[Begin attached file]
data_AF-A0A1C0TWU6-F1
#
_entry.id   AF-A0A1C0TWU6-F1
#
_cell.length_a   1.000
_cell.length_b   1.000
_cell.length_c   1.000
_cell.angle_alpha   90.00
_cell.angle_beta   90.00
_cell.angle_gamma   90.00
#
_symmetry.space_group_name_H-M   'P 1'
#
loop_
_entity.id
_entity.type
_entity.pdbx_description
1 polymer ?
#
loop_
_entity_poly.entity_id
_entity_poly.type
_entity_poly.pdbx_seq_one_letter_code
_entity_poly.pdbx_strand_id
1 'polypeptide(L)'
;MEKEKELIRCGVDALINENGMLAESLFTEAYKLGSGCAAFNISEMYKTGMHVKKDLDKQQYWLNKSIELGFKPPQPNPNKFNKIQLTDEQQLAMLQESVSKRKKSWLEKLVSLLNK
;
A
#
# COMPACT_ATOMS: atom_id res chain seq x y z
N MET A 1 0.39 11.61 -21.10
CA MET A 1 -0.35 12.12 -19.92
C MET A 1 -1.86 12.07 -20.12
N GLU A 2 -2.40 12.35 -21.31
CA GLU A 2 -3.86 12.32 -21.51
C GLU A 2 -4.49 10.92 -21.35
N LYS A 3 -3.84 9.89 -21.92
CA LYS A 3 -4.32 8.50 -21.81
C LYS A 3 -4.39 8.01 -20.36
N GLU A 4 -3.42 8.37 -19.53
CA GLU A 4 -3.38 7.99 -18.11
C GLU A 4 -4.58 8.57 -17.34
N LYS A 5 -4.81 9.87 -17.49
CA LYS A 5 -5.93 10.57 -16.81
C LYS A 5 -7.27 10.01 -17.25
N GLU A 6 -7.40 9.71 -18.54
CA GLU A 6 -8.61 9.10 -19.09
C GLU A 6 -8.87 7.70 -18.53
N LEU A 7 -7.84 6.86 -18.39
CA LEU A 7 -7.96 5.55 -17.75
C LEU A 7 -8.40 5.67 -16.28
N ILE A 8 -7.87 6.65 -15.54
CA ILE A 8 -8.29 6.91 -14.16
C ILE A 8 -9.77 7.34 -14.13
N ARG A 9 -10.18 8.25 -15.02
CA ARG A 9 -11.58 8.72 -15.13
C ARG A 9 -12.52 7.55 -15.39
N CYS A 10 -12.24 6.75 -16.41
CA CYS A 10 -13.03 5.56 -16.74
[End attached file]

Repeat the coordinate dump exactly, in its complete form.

data_AF-A0A1C0TWU6-F1
#
_entry.id   AF-A0A1C0TWU6-F1
#
_cell.length_a   1.000
_cell.length_b   1.000
_cell.length_c   1.000
_cell.angle_alpha   90.00
_cell.angle_beta   90.00
_cell.angle_gamma   90.00
#
_symmetry.space_group_name_H-M   'P 1'
#
loop_
_entity.id
_entity.type
_entity.pdbx_description
1 polymer ?
#
loop_
_entity_poly.entity_id
_entity_poly.type
_entity_poly.pdbx_seq_one_letter_code
_entity_poly.pdbx_strand_id
1 'polypeptide(L)'
;MEKEKELIRCGVDALINENGMLAESLFTEAYKLGSGCAAFNISEMYKTGMHVKKDLDKQQYWLNKSIELGFKPPQPNPNKFNKIQLTDEQQLAMLQESVSKRKKSWLEKLVSLLNK
;
A
#
# COMPACT_ATOMS: atom_id res chain seq x y z
N MET A 1 0.39 11.61 -21.10
CA MET A 1 -0.35 12.12 -19.92
C MET A 1 -1.86 12.07 -20.12
N GLU A 2 -2.40 12.35 -21.31
CA GLU A 2 -3.86 12.32 -21.51
C GLU A 2 -4.49 10.92 -21.35
N LYS A 3 -3.84 9.89 -21.92
CA LYS A 3 -4.32 8.50 -21.81
C LYS A 3 -4.39 8.01 -20.36
N GLU A 4 -3.42 8.37 -19.53
CA GLU A 4 -3.38 7.99 -18.11
C GLU A 4 -4.58 8.57 -17.34
N LYS A 5 -4.81 9.87 -17.49
CA LYS A 5 -5.93 10.57 -16.81
C LYS A 5 -7.27 10.01 -17.25
N GLU A 6 -7.40 9.71 -18.54
CA GLU A 6 -8.61 9.10 -19.09
C GLU A 6 -8.87 7.70 -18.53
N LEU A 7 -7.84 6.86 -18.39
CA LEU A 7 -7.96 5.55 -17.75
C LEU A 7 -8.40 5.67 -16.28
N ILE A 8 -7.87 6.65 -15.54
CA ILE A 8 -8.29 6.91 -14.16
C ILE A 8 -9.77 7.34 -14.13
N ARG A 9 -10.18 8.25 -15.02
CA ARG A 9 -11.58 8.72 -15.13
C ARG A 9 -12.52 7.55 -15.39
N CYS A 10 -12.24 6.75 -16.41
CA CYS A 10 -13.03 5.56 -16.74